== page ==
The Book of Mormon: Real Life in the Little Falls Flood Zone

In the Broadway hit “Book of Mormon,” Elder Price, waiting for his missionary assignment, really, really wants to be sent to Orlando.  He gets assigned to AIDS-ravaged Uganda instead.

Maybe in the sequel, he’ll be sent to New Jersey.

Yesterday, a cluster of yellow-shirted Mormon missionaries, including Elder Devan Munk of Idaho and Daren Montierth of Arizona, were walking the streets of Little Falls on behalf of  The Church of Jesus Christ of Latter-day Saints.

Part of a group of 135 young Mormons stationed in New Jersey for a two-year service stint, Munk, Montierth and their fellow missionaries spent yesterday afternoon going door to door with a form designed to assess the damage of each individual home in the storm-ravaged town. That information was then given to a team of six disaster recovery experts sent  from Salt Lake City, who will decide which households need most help. Then, this Saturday and Sunday, more than 2,000 New Jersey-area Mormons  will join the young missionaries for a huge cleanup effort, armed with two tractor trailers of supplies and tools — also sent from Utah. They’ll remove fallen trees, rip up carpet and take down walls.

Jon M. Jeppson, president of the NJ/Morristown Mission, oversees the local contingent. While their ultimate goal is to share the gospel of Jesus Christ, he says, they are a formidable army of Christian do-gooders when a disaster strikes. “These young people are remarkable,” Jeppson told Baristanet. “They leave their families, friends, colleges, cars, pay their own way for a period of two years, and go wherever in the world they are called. They’re a significant force, who give their energy, effort and backs to provide good Christian service to people who have lost hope of being helped.” Jeppson said that the volunteers are explicitly forbidden to preach in the course of their flood recovery effort work, though they can answer questions if asked.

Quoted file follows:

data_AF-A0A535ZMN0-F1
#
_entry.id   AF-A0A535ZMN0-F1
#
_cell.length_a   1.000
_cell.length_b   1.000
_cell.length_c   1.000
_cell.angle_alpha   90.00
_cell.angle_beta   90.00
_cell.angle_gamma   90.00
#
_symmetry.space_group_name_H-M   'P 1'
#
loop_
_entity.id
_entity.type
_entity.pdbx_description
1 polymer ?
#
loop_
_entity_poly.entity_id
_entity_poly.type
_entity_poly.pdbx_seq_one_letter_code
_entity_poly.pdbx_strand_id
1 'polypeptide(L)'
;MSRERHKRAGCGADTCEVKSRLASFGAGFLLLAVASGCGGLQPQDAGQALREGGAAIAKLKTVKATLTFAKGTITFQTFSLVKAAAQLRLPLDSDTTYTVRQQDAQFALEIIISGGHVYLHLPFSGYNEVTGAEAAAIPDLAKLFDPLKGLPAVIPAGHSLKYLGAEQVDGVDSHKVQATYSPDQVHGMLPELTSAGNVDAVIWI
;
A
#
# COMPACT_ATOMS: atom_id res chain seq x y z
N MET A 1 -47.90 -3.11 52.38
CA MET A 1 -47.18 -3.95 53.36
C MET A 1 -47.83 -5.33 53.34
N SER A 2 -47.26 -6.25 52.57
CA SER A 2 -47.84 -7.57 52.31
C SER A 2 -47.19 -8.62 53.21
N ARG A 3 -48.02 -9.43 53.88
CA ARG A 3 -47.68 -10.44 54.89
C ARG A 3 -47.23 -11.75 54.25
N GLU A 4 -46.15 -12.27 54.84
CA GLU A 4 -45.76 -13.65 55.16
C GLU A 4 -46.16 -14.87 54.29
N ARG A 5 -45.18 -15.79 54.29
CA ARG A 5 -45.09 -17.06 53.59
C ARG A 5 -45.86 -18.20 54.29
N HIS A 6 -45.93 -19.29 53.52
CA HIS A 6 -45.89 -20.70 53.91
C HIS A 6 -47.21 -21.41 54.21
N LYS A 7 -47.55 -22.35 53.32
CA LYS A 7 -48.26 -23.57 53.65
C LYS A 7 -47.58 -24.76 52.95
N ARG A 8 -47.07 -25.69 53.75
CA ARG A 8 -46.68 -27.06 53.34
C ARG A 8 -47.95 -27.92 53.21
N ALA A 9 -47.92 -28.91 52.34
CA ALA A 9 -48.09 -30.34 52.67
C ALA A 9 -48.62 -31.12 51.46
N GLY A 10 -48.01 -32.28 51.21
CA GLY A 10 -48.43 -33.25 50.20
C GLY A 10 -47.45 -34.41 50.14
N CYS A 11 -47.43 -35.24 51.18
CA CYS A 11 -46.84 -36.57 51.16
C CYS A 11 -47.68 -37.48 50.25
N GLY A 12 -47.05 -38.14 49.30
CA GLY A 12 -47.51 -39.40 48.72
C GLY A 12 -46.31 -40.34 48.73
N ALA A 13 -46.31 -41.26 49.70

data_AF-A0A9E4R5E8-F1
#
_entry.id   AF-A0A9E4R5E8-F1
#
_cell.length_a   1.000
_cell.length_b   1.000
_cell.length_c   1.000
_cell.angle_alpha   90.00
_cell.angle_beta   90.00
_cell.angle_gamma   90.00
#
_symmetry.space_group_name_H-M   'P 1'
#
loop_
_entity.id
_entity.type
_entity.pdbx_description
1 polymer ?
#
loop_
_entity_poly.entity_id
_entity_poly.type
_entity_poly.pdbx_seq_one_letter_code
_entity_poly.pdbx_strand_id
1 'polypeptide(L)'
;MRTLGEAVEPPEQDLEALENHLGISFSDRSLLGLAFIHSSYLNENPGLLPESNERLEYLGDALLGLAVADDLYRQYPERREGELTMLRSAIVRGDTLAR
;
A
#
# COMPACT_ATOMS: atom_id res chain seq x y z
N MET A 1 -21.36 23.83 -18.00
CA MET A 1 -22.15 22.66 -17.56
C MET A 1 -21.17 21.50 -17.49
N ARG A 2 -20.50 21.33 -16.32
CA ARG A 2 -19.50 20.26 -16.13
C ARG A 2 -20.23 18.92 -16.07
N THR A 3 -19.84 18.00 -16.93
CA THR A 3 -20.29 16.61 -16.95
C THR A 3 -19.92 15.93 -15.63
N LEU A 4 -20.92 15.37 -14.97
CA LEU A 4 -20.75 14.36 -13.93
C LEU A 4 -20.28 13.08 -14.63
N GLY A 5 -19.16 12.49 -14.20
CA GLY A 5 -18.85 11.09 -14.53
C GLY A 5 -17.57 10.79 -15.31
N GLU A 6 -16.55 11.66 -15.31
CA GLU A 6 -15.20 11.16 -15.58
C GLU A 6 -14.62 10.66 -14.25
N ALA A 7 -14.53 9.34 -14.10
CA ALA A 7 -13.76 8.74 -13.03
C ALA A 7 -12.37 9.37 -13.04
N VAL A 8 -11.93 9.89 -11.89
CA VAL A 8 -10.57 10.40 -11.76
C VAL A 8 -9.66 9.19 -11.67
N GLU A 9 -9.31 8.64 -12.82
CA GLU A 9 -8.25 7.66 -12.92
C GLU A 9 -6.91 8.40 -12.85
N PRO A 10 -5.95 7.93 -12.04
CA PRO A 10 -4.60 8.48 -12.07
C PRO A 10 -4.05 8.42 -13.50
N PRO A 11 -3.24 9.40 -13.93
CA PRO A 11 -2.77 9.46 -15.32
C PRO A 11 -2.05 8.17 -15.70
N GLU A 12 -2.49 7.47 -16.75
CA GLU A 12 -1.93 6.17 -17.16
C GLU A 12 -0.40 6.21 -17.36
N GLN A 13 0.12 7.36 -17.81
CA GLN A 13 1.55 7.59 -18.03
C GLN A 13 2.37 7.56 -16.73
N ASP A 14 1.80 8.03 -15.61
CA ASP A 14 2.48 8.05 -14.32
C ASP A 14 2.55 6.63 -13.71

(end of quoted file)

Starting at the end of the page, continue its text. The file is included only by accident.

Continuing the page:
According to Mormon doctrine, Jesus Christ himself decides where missionaries are sent, handing the orders to current church president Thomas S. Monson. Sometimes the assignments are puzzling. Munk was sent to Newark to work with a Spanish-speaking community, even though he had never spoken it before. “I learned,” he said.

Jeppson himself was planning to retire from his law practice in Salt Lake City next year before being unexpectedly assigned to oversee the NJ missionaries. Two months ago, he and his wife left their six children and 13 grandchildren, packed up their lives and moved to Morristown.

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